"No, I'm Figs," says Rory.
"Well, I'm Figs, then. Why not?" says Haze.
"Is this one of those new parlor games?" says Frankincense.
"But how does one play?" asks Aunt Primrose, bemused.
"I'm sorry, Auntie, you've lost," says Rory.
"Well, I don't really appreciate not being told the rules," she says, gruffly. "In my day, we played charades and tableaux vivant. This game seems rather arbitrary."
"It's all the rage these days," says Mopsie.
"No it's not," says Figs, and then clamps his hands over his mouth again.
"I think you'd best get going," you say to Figs, grasping him by the arm and shoving him out the front door.
When you turn around, Regina is there, hands on hips. "So," she says, "you've helped uncover an imposter. At the same time, you've helped him escape. What's your angle, Savage Wendigo?"
"There are no excuses. I will simply mark your mixed success on your record. It's a bit of a shame, really. But there will be an opportunity to redeem yourself. I fear there is more mischief afoot. I will see you again late tonight for your next mission."
"Your most difficult yet. This will be the true test. Now, we have a bit of business down in the servants' dining room to conduct. Won't you join me there in a few minutes?"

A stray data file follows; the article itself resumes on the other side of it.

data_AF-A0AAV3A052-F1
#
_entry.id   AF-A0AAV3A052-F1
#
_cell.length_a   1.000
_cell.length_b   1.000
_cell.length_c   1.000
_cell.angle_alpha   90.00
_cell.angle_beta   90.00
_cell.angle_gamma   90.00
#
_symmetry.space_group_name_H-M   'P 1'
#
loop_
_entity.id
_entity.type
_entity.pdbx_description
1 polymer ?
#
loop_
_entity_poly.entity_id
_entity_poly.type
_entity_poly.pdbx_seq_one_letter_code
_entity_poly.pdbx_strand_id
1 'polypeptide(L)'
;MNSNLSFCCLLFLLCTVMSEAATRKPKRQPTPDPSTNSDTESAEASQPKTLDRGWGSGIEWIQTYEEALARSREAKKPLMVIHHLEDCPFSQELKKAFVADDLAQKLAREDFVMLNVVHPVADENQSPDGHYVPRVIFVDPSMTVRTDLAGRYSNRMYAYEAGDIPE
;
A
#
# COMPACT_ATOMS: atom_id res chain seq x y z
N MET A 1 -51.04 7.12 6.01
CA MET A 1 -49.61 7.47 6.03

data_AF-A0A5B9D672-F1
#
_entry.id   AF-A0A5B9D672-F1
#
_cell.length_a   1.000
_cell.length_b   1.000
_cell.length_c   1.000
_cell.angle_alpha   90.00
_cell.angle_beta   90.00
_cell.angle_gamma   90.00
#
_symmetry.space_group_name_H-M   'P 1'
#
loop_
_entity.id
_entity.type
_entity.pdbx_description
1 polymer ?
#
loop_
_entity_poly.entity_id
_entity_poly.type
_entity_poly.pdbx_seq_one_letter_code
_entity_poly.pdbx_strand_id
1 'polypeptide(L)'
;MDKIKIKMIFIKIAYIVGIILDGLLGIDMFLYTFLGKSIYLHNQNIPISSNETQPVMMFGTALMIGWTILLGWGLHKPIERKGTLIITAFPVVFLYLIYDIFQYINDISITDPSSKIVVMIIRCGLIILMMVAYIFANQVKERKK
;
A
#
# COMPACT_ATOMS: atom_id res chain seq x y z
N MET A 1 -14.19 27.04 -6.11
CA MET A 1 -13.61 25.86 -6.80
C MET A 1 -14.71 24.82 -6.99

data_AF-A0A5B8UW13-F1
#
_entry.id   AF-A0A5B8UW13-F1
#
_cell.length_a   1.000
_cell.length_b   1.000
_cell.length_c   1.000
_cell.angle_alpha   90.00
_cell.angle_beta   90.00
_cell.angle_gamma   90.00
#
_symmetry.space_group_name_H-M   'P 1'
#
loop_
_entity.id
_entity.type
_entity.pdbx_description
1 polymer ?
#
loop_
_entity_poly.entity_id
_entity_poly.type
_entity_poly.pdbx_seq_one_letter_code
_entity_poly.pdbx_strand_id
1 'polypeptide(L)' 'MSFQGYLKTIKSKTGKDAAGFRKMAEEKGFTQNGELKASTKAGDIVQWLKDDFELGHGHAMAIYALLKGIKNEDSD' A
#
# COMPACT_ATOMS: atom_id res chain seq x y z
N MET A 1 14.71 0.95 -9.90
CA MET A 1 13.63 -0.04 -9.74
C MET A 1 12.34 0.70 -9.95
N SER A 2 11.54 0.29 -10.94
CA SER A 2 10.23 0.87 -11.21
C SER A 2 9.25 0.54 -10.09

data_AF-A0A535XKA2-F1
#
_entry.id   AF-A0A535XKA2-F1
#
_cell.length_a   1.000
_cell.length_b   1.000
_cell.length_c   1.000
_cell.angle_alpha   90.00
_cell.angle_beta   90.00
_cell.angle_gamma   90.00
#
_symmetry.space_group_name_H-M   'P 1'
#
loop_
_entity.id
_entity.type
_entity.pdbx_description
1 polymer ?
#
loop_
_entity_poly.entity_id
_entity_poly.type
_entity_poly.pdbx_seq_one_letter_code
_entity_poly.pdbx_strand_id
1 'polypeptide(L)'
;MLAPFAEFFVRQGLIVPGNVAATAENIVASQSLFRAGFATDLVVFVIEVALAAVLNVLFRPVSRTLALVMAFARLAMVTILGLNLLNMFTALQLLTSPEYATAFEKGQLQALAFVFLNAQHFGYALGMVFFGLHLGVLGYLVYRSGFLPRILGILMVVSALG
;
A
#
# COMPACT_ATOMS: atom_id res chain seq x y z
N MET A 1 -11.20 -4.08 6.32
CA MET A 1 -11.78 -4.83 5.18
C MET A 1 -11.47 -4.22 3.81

While Aunt Primrose tries to figure out the rules of "I'm Figs," you decide that Regina is right: you should probably excuse yourself for now.
A few minutes later, you seat yourself at the servants' dining table, adjacent to the kitchen. The servants' dining area has little to attract the eye, the only decoration an old devotional painting rejected from upstairs, the subject barely visible through layers of cracked and yellowed varnish. Most of the furnishings, like the plain oak table or the rough-hewn chairs, are refurbished pieces from secondhand shops. But while the room is plain, it is filled with laughter and lively conversation. Many of the household workers are enjoying a well-deserved meal and a moment's rest after the dinner service, and the footmen hang their jackets over their chairs in a striking display of relaxed casualness.
Chef Beauregard serves the leftover food from dinner upstairs, as well as some rustic ham, carrot, spinach, and pea quiches with chèvre.
Valentine pulls up a chair next to yours, and she helps herself a very large slice of quiche. Then she takes another large slice and puts it next to the first one.